Owen WilliamsFormer TNW employee
Owen was a reporter for TNW based in Amsterdam, now a full-time freelance writer and consultant helping technology companies make their word Owen was a reporter for TNW based in Amsterdam, now a full-time freelance writer and consultant helping technology companies make their words friendlier. In his spare time he codes, writes newsletters and cycles around the city.
Spotify quietly changed the tone of its green last month and it drove people insane, wondering if they were imagining it or if something was wrong with their phones.
The company’s lead designer, Tobias van Schneider, wrote in his personal email newsletter today what happened when the company changed the color and how it didn’t realize what had gone wrong at first.
The color of the Spotify icon gives me anxiety
THEY DONT LOOK ANYTHING ALIKE pic.twitter.com/VpUMHyp9ds
— Victoria Marie ?? (@vmaddoashong) June 15, 2015
What sounds like a small change ended up in a relatively huge tweet storm with thousands of people sharing their hate on the new color which then got picked up by press and the emotional rollercoaster started.
He says that Spotify was working on a “huge brand refresh” with a New York agency to help move its image away from being a tech company to a music company.
Nobody inside the company had ever raised an issue with the green. “Everyone absolutely loved it and I can’t remember any one ever raising the slightest concerns” said Schneider.
“This is important to know because most of the negative reactions towards the green hit me completely by surprise.”
When it rolled the green out, the internet reacted incredibly negatively.
Schneider believes “it’s not so much a discussion of the right or wrong color, it’s simply about change or no change” and that it went viral “because COLOR in itself is something that we all understand and something everyone have strong opinions on.”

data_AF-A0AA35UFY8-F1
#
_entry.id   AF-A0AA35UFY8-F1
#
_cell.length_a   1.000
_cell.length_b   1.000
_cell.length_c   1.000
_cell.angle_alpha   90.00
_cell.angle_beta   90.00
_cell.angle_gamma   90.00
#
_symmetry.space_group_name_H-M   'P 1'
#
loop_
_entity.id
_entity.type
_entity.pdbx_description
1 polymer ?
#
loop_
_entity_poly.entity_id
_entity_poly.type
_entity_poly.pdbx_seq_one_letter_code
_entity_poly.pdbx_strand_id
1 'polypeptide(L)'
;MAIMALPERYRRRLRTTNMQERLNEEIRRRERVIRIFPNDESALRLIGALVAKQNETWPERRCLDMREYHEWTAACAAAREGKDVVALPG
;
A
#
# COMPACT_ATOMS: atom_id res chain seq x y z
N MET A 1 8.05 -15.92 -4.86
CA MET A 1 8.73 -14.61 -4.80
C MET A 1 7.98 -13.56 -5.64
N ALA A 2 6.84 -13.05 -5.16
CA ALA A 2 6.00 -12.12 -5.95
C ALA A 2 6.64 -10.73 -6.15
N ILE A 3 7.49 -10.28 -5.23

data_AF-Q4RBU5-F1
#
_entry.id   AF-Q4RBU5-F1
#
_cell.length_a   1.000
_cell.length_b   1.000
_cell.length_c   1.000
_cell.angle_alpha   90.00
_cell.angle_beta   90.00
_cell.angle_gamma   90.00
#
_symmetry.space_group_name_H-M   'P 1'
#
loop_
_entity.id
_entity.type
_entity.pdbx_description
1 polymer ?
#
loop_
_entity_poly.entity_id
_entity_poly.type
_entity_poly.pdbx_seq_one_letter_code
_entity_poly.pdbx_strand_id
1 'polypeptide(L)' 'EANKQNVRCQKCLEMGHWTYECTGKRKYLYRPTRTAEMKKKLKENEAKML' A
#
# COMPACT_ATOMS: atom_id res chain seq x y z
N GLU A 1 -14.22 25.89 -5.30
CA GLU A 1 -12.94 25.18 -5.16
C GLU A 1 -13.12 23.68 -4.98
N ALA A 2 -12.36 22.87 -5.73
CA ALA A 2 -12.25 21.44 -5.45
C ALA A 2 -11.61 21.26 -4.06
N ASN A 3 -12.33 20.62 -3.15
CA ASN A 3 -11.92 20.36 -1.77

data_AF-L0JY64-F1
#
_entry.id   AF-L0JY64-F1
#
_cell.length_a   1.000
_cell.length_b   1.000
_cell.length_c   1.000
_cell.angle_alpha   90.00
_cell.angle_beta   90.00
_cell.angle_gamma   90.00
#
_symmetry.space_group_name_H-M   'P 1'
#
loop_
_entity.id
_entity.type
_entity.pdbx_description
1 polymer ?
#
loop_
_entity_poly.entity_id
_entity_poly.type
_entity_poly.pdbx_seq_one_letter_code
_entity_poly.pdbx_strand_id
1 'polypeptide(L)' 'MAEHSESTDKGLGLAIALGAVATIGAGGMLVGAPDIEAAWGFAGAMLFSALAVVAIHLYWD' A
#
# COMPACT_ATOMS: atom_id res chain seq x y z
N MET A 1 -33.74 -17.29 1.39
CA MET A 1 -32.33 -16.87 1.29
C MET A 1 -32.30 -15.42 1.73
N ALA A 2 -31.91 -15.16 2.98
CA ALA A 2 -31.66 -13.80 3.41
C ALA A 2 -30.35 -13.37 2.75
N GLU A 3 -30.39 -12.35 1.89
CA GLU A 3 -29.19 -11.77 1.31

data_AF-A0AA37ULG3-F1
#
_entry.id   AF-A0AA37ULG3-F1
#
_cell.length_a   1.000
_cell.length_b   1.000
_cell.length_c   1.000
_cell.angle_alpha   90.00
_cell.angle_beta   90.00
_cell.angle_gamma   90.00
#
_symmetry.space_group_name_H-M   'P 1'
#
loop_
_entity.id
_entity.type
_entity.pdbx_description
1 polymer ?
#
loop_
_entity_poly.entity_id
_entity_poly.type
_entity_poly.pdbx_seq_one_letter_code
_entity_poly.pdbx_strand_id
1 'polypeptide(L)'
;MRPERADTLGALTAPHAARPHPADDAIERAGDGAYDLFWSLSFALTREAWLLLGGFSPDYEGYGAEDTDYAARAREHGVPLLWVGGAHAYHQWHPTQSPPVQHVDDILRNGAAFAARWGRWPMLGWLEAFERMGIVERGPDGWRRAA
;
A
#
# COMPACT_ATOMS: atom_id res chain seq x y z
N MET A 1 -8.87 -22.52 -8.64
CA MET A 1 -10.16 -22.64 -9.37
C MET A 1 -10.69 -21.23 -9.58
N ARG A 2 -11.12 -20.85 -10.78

Spotify’s change, according to Schneider, went a little something like this:
Essentially we see the new Spotify green, we don’t understand why it changed (rightfully so), and we write a quick tweet containing “The new Spotify green sucks”. All of this happens within minutes and is a pure emotional reaction to change. It’s not important what color it is, the fact that it changed without notice, is the problem.
Now here is where you or me come in. The moment we read a tweet that says “The new Spotify green sucks” we don’t think for ourselves anymore. All we do is read the tweet, agree with it (because fuck yeah) and re-tweet it. Our decision has been made within seconds, the new Spotify green sucks, even though we have literally not thought about it for a minute and it’s not even our own carefully formed opinion.
This “F*ck yeah, you are right” moment has a name: It’s called negativity bias.
You might be thinking the same as I was when I read this — “no way, I really thought it wasn’t great” — and Schneider admits that it’s a “bit of a generalization and not a solution […] but helps [designers] protect [themselves] from unnecessary emotions when these situations occur.”
What Spotify learnt, is that “people care, A LOT.”
Schneider still doesn’t think it was about the specific green or the fact that the company changed color, but more that it “didn’t [communicate] it clearly” and “hit many by surprise.”
Yup, a lot of people even thought their phones were broken.
The company realized that it had changed the app icon without mentioning it or even explaining the difference in the release notes.
is it me or did i wake up to a different shade of spotify icon
— bby pap smear (@lil_merm) June 15, 2015
Schneider says that Spotify had “changed the color because we knew the bigger picture of our brand refresh, but most of our users did not.”
“For us, the change made perfect sense, and while working with the new green for many months we became blind to the fact that we even changed it. “The new green” wasn’t a big topic internally, it was one of the smaller changes we made during the brand refresh, nothing big.”
It sounds like Spotify learnt from the experience, though, even if it thinks that the green isn’t problematic.
Schneider says that he’s “100% confident that clear communication can at least minimize the effect of hypercriticism in the future” and “involving the community in the design process” allows them to understand why changes have been made.
Read next: The designer behind Firefox and Mailchimp’s logo joined Opera
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